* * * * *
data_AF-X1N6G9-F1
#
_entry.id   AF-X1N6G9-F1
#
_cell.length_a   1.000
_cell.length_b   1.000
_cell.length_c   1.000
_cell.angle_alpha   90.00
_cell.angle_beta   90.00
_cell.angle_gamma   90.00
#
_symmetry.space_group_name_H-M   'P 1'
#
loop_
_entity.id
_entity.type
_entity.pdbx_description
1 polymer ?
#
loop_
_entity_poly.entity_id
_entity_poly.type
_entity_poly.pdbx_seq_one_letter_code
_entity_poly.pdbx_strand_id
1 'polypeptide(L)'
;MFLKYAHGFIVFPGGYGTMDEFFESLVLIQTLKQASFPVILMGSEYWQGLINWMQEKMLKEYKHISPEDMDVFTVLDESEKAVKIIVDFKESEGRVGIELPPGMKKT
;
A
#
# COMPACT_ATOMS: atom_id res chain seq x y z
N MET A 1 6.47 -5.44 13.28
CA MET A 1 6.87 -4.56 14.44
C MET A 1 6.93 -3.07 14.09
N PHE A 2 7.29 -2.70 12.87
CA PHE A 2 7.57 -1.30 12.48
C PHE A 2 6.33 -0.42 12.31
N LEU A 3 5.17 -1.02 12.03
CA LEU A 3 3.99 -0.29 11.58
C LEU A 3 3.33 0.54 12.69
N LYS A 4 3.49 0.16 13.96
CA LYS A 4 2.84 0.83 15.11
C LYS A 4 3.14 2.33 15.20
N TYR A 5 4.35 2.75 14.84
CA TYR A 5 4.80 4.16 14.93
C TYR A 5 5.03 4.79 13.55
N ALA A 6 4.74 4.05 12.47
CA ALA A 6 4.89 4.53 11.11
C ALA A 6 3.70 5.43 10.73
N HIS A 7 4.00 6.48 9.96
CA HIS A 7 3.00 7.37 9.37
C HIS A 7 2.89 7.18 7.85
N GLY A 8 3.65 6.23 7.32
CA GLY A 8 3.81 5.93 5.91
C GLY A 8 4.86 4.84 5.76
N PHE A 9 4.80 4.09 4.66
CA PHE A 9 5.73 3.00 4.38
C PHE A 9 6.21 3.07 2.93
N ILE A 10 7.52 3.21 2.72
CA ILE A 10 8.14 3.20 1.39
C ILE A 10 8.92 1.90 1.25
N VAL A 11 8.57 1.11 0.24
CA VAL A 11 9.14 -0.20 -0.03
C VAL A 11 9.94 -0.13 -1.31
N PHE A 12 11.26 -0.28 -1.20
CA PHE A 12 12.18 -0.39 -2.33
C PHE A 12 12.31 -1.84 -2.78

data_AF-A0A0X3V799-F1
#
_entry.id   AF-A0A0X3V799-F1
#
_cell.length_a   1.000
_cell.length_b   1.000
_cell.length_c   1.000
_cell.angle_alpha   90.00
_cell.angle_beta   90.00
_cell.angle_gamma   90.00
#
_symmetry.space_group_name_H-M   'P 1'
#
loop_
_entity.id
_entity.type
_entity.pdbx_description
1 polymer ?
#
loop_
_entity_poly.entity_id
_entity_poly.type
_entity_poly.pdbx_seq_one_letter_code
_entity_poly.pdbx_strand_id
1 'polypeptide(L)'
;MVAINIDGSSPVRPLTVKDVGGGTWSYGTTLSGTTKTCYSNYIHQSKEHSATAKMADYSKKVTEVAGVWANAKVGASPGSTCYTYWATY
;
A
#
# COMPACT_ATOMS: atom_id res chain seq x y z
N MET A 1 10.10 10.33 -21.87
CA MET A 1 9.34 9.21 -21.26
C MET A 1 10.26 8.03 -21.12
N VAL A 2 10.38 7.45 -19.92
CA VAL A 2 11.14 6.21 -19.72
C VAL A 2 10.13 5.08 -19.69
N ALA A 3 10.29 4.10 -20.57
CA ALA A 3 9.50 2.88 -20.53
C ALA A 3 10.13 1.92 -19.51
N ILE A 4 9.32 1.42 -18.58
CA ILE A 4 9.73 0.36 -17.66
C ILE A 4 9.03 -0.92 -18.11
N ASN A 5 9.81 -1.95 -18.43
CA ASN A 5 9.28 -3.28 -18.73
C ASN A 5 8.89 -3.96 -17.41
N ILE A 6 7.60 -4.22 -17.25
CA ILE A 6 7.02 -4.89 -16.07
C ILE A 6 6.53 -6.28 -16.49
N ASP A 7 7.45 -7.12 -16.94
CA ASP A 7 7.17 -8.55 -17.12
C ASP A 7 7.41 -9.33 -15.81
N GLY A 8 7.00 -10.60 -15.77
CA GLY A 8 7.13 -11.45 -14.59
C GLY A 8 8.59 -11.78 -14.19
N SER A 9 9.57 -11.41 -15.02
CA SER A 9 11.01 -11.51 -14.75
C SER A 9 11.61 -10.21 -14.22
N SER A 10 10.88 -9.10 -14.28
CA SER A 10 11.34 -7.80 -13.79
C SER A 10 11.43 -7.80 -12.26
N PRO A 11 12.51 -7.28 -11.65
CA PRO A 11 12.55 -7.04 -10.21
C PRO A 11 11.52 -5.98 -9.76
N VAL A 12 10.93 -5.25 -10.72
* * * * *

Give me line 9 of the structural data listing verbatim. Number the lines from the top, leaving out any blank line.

_cell.angle_beta   90.00